Beyond the domestic political elites, a key target for the new government is European institutions, in line with other modern European populists (see Greece since 2015). Seeing that EU institutions are seen to have pushed out a democratically-elected politician in favour of the technocratic government of Mario Monti, which pushed through painful austerity policies since 2011, the populist message is easy to place.
Importantly, the coalition refrains from calling for an exit from either the EU or the Euro, as well as from cancelling national debt and introducing a parallel currency. However, fiscal and economic policies are likely to ignore the EU deficit rules, and the parties to call for renegotiating key EU economic policy arrangements. The coalition also calls for the Dublin System of migration to be replaced such that migrants are no longer legally required to demand asylum in their countries of arrival but distributed automatically across Europe. In contrast, the European Parliament is perceived as the only democratically legitimate EU institution and it shall be strengthened.
These aspects represent the core of populist ideology and unite the new coalition. If these parties were to win the general elections, it is likely because of this part of their platform. Diagnosing the unfairness and lack of democracy in Italian and EU politics is thus part of the populist appeal.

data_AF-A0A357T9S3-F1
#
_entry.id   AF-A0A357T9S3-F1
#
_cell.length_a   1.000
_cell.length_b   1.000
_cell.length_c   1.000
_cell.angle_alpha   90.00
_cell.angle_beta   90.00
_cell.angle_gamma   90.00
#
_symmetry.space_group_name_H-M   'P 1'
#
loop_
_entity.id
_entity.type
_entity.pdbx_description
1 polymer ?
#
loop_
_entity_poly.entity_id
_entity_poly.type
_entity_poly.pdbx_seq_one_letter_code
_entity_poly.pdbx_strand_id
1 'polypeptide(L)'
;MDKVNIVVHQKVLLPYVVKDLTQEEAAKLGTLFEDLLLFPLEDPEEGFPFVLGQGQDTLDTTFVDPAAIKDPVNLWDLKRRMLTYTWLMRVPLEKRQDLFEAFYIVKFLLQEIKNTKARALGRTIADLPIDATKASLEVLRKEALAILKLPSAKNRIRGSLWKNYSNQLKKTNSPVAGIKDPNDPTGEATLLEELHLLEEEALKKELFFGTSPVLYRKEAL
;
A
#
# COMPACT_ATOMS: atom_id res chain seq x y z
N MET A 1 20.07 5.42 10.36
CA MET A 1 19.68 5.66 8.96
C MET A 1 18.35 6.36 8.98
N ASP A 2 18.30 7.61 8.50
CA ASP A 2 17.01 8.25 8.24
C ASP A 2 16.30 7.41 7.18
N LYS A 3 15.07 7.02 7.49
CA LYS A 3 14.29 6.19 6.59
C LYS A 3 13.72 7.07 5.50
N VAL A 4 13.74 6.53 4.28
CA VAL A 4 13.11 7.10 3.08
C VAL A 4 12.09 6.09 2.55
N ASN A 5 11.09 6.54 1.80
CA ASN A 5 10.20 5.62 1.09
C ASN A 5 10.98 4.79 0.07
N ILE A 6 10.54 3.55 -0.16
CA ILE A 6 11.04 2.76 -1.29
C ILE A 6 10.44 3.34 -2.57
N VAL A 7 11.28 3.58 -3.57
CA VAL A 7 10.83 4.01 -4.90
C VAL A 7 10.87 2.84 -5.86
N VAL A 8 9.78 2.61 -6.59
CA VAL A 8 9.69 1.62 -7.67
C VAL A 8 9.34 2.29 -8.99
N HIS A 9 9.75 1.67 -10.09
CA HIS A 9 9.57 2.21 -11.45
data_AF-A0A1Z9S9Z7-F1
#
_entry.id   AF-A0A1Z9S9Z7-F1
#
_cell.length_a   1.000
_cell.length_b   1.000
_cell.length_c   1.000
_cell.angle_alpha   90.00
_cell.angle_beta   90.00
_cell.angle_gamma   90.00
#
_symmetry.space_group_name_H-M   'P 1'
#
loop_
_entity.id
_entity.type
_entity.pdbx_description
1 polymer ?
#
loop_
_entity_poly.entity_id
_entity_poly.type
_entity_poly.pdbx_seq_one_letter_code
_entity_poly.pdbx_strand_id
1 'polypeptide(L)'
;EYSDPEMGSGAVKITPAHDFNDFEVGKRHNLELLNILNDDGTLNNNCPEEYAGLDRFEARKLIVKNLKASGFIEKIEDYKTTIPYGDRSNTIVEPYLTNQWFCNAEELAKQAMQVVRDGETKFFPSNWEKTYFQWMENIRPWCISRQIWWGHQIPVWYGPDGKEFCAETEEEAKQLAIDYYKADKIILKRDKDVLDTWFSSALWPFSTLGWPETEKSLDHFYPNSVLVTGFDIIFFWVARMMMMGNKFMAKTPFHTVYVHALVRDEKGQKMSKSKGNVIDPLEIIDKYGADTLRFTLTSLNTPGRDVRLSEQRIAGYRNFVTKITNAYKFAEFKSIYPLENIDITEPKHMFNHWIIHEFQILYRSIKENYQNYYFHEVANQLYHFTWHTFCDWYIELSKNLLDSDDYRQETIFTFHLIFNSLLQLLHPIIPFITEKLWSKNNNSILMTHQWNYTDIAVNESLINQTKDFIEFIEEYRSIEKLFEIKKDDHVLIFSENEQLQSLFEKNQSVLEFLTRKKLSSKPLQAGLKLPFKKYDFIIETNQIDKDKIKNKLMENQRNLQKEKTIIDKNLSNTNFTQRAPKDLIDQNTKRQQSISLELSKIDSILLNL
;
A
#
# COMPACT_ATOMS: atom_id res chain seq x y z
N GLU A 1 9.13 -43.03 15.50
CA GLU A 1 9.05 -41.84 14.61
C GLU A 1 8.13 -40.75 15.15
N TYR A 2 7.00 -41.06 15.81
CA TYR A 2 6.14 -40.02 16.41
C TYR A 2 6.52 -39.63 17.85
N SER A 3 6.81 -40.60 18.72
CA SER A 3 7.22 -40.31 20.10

Fatto in Italia: The invention of modern Western populist government
From the scholarly literature on populism, the new government appears not only less confusing but also less surprising than at first sight. Italy’s own Berlusconi already ran the first populist government against the Italian establishment in 1994, drawing on the playbook of populism first seen in late 19th century America. After Mainstream parties had been exposed in a massive corruption scandal in the early 90s, he offered voters the alternative of a business-savvy outsider circumventing representatives by implementing simple, economically liberal, and pro-EU policies.
Of course, and quite ironically, Berlusconi did not end – but possibly worsened – political corruption in Italy, adding to the parallels with the current Trump administration. Populism may be quite effective at diagnosing problems of liberal democracies, but it is by no means a trustworthy remedy. It remains to be seen whether the new coalition is any different in this regard.
In sum, the 5-Star/League coalition appears to conform well to the expectations of populism research as ideologically diverse but united in a common criticism of elite corruption and a strengthening of popular means of determining policy. Far from a new phenomenon, Italy’s new government is the latest local adaptation of the populist brew: Using ingredients from exotic America, it was brought to European governments by Italy’s Berlusconi, and has since been exported across the West, now in flavours targeting also the EU alongside domestic elites.
In this sense, the new Italian coalition is not unlike Cappuccino: a double Espresso of economically left-wing and culturally right-wing ideological elements, infused with a dose of core populist ideology, which also shows as a distinctive top layer of Euroscepticism.